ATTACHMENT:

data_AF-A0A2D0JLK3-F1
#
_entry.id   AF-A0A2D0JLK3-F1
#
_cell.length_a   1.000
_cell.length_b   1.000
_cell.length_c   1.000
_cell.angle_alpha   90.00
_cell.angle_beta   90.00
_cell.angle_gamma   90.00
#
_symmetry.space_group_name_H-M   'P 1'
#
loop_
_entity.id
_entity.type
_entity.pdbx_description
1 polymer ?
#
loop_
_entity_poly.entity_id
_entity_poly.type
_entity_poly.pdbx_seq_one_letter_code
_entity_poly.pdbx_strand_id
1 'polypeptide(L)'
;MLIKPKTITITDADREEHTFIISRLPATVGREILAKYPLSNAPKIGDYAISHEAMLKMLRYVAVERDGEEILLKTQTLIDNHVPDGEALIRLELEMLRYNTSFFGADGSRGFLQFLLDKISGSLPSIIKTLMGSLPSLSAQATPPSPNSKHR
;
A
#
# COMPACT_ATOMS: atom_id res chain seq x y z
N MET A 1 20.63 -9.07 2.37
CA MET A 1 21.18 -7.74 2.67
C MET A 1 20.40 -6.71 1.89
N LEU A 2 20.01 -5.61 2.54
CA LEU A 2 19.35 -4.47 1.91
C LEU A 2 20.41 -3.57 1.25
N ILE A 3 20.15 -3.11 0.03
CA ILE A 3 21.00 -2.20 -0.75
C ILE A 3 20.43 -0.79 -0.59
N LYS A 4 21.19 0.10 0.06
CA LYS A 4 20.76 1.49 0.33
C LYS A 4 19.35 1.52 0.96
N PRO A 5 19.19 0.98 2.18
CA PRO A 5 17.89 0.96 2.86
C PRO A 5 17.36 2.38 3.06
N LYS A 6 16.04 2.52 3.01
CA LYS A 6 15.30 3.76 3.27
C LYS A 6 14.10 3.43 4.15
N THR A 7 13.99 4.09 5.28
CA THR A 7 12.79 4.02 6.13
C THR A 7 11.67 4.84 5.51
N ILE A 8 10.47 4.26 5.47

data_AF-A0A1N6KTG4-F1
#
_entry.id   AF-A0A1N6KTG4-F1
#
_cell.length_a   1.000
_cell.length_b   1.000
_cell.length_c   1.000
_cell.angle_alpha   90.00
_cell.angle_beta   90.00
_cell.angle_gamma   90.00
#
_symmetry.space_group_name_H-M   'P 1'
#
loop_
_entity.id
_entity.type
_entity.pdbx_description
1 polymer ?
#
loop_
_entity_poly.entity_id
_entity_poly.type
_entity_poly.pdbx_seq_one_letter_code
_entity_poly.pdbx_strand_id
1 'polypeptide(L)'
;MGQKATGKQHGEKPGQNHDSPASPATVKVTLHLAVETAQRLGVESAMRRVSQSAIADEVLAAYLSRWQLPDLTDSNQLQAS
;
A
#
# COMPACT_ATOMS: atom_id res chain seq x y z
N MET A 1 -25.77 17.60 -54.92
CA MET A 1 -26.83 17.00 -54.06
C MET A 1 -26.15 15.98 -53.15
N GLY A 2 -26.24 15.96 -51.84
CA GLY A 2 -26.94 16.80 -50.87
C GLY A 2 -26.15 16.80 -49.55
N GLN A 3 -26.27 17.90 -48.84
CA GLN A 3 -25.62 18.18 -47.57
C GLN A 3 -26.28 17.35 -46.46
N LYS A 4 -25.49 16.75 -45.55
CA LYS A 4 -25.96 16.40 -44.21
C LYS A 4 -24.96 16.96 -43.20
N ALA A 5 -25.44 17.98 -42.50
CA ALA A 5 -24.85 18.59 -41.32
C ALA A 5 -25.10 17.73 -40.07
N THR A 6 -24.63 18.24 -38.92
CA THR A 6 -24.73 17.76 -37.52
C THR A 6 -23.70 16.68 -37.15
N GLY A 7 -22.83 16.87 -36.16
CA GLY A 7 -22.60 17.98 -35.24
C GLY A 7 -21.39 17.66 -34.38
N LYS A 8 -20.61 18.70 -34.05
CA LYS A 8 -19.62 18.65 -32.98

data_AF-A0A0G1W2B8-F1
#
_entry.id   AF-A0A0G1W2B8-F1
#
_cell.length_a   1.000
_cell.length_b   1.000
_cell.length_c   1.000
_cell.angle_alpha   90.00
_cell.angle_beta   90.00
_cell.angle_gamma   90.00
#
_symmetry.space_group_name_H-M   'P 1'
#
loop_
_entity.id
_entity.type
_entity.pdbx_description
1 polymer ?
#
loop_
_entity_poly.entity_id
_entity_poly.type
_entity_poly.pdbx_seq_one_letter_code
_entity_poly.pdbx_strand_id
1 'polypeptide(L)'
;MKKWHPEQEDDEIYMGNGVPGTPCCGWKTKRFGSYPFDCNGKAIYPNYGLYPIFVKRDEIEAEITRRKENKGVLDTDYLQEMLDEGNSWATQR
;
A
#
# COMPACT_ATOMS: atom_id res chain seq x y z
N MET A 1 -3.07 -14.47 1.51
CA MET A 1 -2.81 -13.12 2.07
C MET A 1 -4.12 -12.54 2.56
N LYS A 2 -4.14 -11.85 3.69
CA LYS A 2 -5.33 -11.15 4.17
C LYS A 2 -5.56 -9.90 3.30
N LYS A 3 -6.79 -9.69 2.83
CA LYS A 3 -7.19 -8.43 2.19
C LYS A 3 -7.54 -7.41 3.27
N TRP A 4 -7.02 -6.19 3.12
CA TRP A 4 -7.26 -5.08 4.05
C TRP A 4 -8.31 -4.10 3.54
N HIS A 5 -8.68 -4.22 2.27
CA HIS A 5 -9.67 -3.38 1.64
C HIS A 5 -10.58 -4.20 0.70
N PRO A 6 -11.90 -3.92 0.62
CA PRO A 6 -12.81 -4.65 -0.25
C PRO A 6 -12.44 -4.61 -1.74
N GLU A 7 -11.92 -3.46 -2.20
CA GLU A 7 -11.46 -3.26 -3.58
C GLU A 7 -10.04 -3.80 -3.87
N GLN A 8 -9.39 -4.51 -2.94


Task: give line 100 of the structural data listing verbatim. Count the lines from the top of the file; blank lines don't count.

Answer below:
C THR A 6 -23.70 16.68 -37.15